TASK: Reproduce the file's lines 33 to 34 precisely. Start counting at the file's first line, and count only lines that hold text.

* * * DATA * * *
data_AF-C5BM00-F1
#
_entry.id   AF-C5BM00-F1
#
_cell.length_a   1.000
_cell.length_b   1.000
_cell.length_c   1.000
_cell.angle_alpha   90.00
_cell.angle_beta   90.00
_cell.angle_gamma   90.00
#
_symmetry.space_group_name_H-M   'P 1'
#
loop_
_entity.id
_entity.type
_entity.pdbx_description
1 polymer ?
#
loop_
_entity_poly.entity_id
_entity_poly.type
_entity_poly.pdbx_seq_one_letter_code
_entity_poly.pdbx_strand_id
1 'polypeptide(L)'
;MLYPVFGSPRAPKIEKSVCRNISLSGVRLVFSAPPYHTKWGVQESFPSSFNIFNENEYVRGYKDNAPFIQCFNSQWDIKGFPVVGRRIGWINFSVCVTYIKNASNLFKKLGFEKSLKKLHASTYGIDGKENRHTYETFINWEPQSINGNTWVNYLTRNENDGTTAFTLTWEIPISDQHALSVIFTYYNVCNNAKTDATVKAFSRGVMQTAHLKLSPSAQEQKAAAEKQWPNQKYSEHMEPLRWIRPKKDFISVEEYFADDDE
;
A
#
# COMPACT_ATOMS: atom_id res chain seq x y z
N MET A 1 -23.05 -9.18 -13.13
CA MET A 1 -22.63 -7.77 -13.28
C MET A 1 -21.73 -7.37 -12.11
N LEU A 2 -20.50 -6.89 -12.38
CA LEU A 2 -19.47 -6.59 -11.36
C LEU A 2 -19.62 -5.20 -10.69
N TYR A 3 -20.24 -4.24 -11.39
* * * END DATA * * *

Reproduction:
C MET A 1 -21.73 -7.37 -12.11
N LEU A 2 -20.50 -6.89 -12.38